'Bypass' Attack in Coldcard Bitcoin Wallet Could Trick Users Into Sending Incorrect Funds

Bitcoin hardware wallet Coldcard is fixing a flaw that could trick users into sending bitcoin on the mainnet when they meant to use its testnet.

AccessTimeIconNov 25, 2020 at 5:00 p.m. UTC
Updated Apr 10, 2024 at 3:07 a.m. UTC

The bitcoin-only hardware wallet Coldcard has released a beta firmware patch for a vulnerability that also affected a competitor hardware wallet earlier this year.

Ben Ma, a security researcher who works for hardware wallet manufacturer Shift Crypto, discovered the Coldcard hardware wallet has a flaw: An attacker could trick Coldcard users into sending a real bitcoin transaction when they think they are sending a “testnet” transaction – or a payment on Bitcoin’s testing network, which is not the same as the mainnet.

Both testnet and mainnet bitcoin transactions “have the exact same transaction representation under the hood,” Ma writes in his post disclosing the vulnerability. An attacker could then generate a bitcoin mainnet transaction for the hardware wallet but make it look like a testnet transaction. The mainnet transaction is presented like a testnet transaction on the user’s wallet, making it difficult for users to recognize the error.

Ma learned of the vulnerability after a pseudonymous researcher discovered the so-called “isolation bypass” attack in the French-manufactured Ledger hardware wallet. 

Unlike Coldcard, Ledger supports many coins, so the bypass attack could work by tricking wallet users into sending bitcoin when they mean to send litecoin and bitcoin cash, in addition to testnet BTC.

‘Bypass’ Bitcoin wallet vulnerability: A background

When the initial vulnerability in the Ledger wallet was disclosed, Coinkite founder and Coldcard creator Rodolfo Novak said, “Coldcard doesn't support any s**tcoins. We find that to be the best path,” implying that his bitcoin-only wallet would be safe because the flaw (in part) resulted from the fact that Ledger devices previously managed different coins using the same private key. 

Since Coldcard doesn’t support multiple coins, it theoretically shouldn’t have this problem. And it wouldn’t, if it weren’t for the fact that it can be exploited with bitcoin testnet addresses.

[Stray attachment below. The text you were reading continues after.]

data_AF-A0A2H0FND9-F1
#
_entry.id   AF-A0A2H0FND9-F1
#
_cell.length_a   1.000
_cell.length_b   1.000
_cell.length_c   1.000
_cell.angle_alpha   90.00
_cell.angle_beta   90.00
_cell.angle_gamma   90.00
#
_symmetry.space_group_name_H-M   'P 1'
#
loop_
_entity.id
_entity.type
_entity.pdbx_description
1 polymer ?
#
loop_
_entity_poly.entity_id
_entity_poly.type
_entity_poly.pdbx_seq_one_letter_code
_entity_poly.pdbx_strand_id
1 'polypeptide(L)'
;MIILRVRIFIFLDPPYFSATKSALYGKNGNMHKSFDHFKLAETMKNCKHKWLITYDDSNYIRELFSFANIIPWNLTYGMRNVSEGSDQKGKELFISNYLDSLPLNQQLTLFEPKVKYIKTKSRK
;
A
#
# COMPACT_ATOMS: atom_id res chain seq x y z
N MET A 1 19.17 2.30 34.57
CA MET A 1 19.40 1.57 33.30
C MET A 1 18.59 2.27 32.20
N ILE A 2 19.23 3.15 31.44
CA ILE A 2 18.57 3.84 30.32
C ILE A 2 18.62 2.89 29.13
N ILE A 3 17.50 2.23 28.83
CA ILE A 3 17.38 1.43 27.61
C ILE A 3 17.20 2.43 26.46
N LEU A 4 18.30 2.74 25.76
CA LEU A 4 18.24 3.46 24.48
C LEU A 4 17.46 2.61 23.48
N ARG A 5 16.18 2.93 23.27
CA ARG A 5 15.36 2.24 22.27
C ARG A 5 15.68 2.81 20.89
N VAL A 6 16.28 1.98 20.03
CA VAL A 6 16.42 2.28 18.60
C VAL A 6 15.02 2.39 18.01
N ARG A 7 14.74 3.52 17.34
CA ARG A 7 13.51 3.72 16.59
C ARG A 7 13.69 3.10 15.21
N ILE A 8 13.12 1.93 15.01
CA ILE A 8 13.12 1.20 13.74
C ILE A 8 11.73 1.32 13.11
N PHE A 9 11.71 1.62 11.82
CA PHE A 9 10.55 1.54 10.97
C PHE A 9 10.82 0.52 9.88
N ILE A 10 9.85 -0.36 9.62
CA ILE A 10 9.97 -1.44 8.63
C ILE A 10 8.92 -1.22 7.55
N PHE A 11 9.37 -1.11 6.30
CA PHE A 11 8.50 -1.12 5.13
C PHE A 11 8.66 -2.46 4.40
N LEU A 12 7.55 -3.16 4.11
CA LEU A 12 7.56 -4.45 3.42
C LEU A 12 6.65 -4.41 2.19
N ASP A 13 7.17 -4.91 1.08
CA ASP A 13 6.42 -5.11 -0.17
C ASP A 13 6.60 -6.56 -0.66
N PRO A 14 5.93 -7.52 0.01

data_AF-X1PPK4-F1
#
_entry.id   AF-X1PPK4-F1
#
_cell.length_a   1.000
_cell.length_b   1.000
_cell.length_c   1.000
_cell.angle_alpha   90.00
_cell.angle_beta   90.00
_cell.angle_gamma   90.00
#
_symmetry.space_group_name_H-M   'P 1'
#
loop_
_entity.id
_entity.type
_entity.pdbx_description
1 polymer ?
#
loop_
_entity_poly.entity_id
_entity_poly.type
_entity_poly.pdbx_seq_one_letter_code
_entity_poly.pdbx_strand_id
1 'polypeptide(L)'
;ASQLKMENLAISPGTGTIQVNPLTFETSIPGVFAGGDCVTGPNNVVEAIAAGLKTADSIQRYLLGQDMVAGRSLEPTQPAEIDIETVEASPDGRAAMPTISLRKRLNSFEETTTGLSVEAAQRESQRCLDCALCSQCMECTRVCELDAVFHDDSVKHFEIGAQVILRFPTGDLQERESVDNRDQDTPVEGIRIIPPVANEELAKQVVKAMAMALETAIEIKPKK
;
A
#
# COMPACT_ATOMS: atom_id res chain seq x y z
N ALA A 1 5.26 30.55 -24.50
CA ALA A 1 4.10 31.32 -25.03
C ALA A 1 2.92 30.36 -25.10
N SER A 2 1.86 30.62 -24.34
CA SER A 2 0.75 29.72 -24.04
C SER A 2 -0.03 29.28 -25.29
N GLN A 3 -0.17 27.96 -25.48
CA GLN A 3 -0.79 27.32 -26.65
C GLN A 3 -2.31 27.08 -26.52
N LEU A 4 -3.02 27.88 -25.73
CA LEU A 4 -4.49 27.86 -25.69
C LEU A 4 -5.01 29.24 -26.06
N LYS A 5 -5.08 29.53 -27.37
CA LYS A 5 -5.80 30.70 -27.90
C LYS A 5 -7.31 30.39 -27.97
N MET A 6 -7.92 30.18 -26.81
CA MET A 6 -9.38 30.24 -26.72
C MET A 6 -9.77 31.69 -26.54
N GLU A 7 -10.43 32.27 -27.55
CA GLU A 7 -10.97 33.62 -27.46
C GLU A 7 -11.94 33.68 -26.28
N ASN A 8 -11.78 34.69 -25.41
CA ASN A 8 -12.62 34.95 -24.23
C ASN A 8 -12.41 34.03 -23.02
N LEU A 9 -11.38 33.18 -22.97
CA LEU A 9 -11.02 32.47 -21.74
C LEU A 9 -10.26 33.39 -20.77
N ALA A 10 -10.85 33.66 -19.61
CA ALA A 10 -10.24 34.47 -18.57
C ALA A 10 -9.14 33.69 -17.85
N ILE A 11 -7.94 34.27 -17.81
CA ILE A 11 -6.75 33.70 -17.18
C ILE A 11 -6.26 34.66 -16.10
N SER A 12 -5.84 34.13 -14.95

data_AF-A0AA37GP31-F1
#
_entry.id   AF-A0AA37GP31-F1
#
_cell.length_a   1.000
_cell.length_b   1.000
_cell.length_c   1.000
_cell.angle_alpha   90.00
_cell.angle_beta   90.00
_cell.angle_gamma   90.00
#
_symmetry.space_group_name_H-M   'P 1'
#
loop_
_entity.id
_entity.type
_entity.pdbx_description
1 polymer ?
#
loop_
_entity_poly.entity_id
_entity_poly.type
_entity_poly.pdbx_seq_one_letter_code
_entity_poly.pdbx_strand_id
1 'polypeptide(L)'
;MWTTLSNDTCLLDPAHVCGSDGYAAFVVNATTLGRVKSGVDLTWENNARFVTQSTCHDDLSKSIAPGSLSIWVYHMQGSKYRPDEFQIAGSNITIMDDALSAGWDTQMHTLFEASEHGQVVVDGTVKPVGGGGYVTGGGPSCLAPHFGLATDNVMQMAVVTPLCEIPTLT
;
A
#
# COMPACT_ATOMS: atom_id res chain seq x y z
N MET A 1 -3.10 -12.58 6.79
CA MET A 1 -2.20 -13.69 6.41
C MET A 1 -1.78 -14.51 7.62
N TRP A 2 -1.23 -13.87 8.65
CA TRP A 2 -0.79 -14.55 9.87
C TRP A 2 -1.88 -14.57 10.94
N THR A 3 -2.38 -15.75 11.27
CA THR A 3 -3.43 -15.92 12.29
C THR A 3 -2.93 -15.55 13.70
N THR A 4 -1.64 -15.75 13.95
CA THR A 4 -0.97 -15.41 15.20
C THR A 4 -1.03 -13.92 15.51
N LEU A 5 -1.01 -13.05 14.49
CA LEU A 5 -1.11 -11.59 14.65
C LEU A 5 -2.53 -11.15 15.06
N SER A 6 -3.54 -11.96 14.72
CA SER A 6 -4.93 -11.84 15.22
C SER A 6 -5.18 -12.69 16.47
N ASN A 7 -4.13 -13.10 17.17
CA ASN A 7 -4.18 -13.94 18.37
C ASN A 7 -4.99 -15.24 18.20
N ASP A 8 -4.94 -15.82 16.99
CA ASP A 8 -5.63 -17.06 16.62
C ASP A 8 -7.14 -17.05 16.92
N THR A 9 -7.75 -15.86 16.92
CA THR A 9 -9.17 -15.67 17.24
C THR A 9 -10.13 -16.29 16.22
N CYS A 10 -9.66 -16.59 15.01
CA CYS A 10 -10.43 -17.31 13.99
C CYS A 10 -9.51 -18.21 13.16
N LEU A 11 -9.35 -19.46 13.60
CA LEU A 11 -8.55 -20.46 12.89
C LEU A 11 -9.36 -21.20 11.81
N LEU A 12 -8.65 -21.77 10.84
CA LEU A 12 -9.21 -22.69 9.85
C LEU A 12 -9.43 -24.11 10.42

If users' computers are compromised – and the Coldcard device is unlocked and connected to that computer – then an adversary could trick users into sending real bitcoin when they think they are sending testnet bitcoin.

“The attacker merely has to convince the user to, e.g., ‘try a testnet transaction’ or to buy an ICO with testnet coins (I’ve heard there was a [initial coin offering] like this recently) or any number of social engineering attacks to make the user performs a testnet transaction. After the user confirms a testnet transaction, the attacker receives mainnet bitcoin in the same amount,” Ma writes in the post. 

Because an attacker could execute this attack remotely, it met Shift Crypto’s criteria as a critical issue, triggering the responsible disclosure process. 

According to the post, Ma disclosed the vulnerability to Coinkite on Aug. 4 and Novak acknowledged it the next day. On Nov. 23, Coldcard released a beta firmware to patch the vulnerability.

A Coldcard representative told CoinDesk that “unlike the attack on Trezor/Ledger,” Coldcard’s version “is not a realistic attack because the attacker would have to convince the victim to manually switch the device to testnet. That's not something people are likely to do.”

Additionally, Coinkite addressed the vulnerability in a blog post, adding that an attacker would have had to learn a victim’s XPUB (the master public key for their wallet) and the specific transaction ID for the unspent bitcoin they were targeting to pull off the attack.

Coldcard now includes a warning message when a user decides to switch the wallet into testnet (the wallet is set to mainnet by default).

UPDATE (November 25, 2020, 5:52 UTC): This article has been updated to include additional information from Coldcard.


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